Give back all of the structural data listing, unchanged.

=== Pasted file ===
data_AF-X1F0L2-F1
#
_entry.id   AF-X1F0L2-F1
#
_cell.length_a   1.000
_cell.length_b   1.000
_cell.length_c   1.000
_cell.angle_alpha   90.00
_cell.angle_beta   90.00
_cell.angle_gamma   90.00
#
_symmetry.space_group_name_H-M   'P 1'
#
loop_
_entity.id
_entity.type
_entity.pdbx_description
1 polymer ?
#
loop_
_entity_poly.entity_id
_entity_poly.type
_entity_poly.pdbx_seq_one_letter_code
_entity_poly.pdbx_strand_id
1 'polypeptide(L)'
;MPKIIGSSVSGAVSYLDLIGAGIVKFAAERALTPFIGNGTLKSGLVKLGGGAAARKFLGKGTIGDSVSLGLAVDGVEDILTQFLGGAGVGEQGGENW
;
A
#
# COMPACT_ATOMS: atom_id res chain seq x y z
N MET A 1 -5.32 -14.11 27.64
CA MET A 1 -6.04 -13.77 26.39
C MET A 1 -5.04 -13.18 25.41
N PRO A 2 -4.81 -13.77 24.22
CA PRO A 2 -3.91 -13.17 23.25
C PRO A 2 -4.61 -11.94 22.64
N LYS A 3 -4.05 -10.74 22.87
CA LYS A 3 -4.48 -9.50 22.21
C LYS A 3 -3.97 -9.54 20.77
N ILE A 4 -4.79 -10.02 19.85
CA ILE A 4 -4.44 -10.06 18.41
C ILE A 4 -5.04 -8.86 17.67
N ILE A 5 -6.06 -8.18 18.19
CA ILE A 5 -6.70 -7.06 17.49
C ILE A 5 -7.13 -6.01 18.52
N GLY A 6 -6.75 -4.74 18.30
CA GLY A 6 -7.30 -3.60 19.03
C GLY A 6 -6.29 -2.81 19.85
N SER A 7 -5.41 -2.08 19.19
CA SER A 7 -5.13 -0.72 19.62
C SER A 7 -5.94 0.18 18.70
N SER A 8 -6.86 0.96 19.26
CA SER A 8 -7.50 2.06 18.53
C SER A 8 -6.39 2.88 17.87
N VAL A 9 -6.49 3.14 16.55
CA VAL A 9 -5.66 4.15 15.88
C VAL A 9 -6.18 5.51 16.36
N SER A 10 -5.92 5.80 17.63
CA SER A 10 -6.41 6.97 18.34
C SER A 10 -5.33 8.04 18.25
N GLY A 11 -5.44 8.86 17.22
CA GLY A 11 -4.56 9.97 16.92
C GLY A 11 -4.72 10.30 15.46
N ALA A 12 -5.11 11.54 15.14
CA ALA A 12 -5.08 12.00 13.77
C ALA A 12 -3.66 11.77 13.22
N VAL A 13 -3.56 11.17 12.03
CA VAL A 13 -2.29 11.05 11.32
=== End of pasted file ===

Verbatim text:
data_AF-X1F0L2-F1
#
_entry.id   AF-X1F0L2-F1
#
_cell.length_a   1.000
_cell.length_b   1.000
_cell.length_c   1.000
_cell.angle_alpha   90.00
_cell.angle_beta   90.00
_cell.angle_gamma   90.00
#
_symmetry.space_group_name_H-M   'P 1'
#
loop_
_entity.id
_entity.type
_entity.pdbx_description
1 polymer ?
#
loop_
_entity_poly.entity_id
_entity_poly.type
_entity_poly.pdbx_seq_one_letter_code
_entity_poly.pdbx_strand_id
1 'polypeptide(L)'
;MPKIIGSSVSGAVSYLDLIGAGIVKFAAERALTPFIGNGTLKSGLVKLGGGAAARKFLGKGTIGDSVSLGLAVDGVEDILTQFLGGAGVGEQGGENW
;
A
#
# COMPACT_ATOMS: atom_id res chain seq x y z
N MET A 1 -5.32 -14.11 27.64
CA MET A 1 -6.04 -13.77 26.39
C MET A 1 -5.04 -13.18 25.41
N PRO A 2 -4.81 -13.77 24.22
CA PRO A 2 -3.91 -13.17 23.25
C PRO A 2 -4.61 -11.94 22.64
N LYS A 3 -4.05 -10.74 22.87
CA LYS A 3 -4.48 -9.50 22.21
C LYS A 3 -3.97 -9.54 20.77
N ILE A 4 -4.79 -10.02 19.85
CA ILE A 4 -4.44 -10.06 18.41
C ILE A 4 -5.04 -8.86 17.67
N ILE A 5 -6.06 -8.18 18.19
CA ILE A 5 -6.70 -7.06 17.49
C ILE A 5 -7.13 -6.01 18.52
N GLY A 6 -6.75 -4.74 18.30
CA GLY A 6 -7.30 -3.60 19.03
C GLY A 6 -6.29 -2.81 19.85
N SER A 7 -5.41 -2.08 19.19
CA SER A 7 -5.13 -0.72 19.62
C SER A 7 -5.94 0.18 18.70
N SER A 8 -6.86 0.96 19.26
CA SER A 8 -7.50 2.06 18.53
C SER A 8 -6.39 2.88 17.87
N VAL A 9 -6.49 3.14 16.55
CA VAL A 9 -5.66 4.15 15.88
C VAL A 9 -6.18 5.51 16.36
N SER A 10 -5.92 5.80 17.63
CA SER A 10 -6.41 6.97 18.34
C SER A 10 -5.33 8.04 18.25
N GLY A 11 -5.44 8.86 17.22
CA GLY A 11 -4.56 9.97 16.92
C GLY A 11 -4.72 10.30 15.46
N ALA A 12 -5.11 11.54 15.14
CA ALA A 12 -5.08 12.00 13.77
C ALA A 12 -3.66 11.77 13.22
N VAL A 13 -3.56 11.17 12.03
CA VAL A 13 -2.29 11.05 11.32